Tim Berners-Lee (timbl@www3.cern.ch)
Mon, 14 Dec 92 14:18:22 +0100

The new 1.1 library understands the <PRE> element.

It also allows SGML numeric (only) character references
such as &#60; for ASCII character 60 in the source text. This is a
precautionary measure in view of Dan's comments which seem reasonable to me
but would require a LONG time for new browers to come around if they were
to be adopted.

I have made SGMl.c reentrant although HTML.c still isn't.
I agree with some of the comments about cleaning up.

Dan's comments that anyone using the library is encumbered with the
HText structure is not quite accurate -- one is encumbered with
the name of the struct but not its contents which are hidden in whatever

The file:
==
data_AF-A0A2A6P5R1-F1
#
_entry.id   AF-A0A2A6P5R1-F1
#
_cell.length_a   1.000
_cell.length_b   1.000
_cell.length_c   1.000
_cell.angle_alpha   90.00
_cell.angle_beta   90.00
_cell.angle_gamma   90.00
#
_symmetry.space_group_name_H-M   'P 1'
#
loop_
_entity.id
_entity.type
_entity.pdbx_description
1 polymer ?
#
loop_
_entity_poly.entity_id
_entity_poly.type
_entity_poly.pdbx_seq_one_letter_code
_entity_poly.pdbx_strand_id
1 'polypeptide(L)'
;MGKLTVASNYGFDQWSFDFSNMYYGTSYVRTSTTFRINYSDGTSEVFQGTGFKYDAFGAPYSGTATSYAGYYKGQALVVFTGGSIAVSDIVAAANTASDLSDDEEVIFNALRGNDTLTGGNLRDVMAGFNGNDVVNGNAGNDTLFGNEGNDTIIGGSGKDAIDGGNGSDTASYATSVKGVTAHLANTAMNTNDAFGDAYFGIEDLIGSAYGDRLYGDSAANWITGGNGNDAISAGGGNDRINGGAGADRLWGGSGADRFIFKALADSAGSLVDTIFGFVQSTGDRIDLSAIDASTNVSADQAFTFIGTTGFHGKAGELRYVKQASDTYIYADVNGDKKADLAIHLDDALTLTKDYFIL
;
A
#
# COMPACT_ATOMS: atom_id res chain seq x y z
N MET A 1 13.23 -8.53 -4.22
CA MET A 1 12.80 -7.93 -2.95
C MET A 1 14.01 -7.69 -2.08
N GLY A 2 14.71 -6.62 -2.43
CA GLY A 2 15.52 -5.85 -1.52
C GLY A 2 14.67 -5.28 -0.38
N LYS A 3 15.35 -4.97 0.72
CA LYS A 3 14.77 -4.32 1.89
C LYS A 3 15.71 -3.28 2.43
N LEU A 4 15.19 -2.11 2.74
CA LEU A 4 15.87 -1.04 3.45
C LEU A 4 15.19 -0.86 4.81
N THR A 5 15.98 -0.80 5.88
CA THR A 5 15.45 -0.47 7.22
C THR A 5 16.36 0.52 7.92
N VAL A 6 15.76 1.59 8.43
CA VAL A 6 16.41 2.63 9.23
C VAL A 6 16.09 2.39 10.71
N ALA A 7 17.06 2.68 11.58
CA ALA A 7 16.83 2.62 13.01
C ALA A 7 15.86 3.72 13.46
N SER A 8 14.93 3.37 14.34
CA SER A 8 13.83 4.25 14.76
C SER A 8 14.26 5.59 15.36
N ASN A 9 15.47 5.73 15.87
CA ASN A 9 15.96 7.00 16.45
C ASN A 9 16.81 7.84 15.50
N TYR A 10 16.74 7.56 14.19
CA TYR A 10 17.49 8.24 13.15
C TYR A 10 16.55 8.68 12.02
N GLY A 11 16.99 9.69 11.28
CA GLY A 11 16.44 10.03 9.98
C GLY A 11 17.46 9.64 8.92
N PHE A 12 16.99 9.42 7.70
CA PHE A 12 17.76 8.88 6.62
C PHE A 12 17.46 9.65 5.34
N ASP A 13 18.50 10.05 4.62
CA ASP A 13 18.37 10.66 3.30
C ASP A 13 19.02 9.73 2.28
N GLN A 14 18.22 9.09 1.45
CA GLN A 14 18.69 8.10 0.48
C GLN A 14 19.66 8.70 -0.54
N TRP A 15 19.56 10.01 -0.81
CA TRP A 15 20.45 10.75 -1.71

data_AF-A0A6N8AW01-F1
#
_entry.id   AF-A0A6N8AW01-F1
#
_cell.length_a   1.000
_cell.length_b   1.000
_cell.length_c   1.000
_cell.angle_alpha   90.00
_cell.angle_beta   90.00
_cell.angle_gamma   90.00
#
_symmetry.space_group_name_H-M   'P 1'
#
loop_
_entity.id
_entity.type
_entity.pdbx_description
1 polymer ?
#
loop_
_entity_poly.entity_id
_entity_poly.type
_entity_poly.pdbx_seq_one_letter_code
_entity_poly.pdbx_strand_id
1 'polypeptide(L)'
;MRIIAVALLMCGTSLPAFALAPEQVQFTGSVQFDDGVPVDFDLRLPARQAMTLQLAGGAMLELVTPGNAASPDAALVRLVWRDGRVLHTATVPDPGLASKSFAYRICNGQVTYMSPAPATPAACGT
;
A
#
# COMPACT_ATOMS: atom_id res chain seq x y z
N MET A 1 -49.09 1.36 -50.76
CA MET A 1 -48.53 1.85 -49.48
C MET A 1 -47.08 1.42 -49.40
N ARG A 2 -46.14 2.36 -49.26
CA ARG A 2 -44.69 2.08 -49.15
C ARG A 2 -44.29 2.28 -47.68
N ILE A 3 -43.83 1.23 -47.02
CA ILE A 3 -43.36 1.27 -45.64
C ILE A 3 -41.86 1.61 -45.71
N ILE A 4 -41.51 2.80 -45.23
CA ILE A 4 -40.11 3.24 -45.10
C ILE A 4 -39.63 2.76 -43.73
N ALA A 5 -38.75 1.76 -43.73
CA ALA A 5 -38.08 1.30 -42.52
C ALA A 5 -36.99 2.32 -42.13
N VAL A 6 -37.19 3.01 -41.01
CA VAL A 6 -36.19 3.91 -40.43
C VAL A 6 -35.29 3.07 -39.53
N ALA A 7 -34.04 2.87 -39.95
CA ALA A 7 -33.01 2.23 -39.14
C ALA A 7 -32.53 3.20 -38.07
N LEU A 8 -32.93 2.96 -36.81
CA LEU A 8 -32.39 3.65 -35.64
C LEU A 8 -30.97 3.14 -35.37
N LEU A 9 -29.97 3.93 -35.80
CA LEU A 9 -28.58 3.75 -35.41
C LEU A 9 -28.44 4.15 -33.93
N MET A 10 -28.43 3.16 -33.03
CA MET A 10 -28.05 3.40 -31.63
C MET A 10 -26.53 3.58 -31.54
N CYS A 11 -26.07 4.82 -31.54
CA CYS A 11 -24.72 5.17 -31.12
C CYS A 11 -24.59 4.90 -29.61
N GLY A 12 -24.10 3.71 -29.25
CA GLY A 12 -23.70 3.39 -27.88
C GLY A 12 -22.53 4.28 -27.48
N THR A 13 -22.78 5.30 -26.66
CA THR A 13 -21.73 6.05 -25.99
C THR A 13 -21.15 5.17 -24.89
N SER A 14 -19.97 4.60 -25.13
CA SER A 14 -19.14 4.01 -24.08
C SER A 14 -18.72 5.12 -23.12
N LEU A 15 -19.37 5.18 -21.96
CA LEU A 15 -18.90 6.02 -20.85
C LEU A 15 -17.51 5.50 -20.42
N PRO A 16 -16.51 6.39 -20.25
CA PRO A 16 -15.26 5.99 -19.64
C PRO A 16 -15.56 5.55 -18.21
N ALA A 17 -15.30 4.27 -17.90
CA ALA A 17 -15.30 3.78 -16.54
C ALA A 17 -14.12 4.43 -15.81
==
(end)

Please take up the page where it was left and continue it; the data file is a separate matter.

implements it. pointers to undefined structures seem to be the only clean
method of infomation hiding in modular C.

The styles I agree should go out and will when I get round to it.
If you think your definitive parser will fit into the library, Dan, I'll
consider putting it in the distribution.

Did I mention that Dan's new SGML spec is on the web linked from the old spec?

On that spec (which is getting cleaner each time),

- Could you put an empty <LINK ...> element into the set of things allowed
in the header, please? Attributes as <A> but no content. Value of TYPE
attributes to be subject to registration, with the usual X- escape.

The architecure of the browsers is input-driven rather than output-driven.
Control passes from the Access module to the Protocol module which decides
ithas to build an object, and calls the parser with the data as parameter which
calls the object it is building. We had it originally the other way up, that
the object called theprotocol module toget some data, but that was not so
flexible as the protocol module had in fact to be able to decide which objects
to build.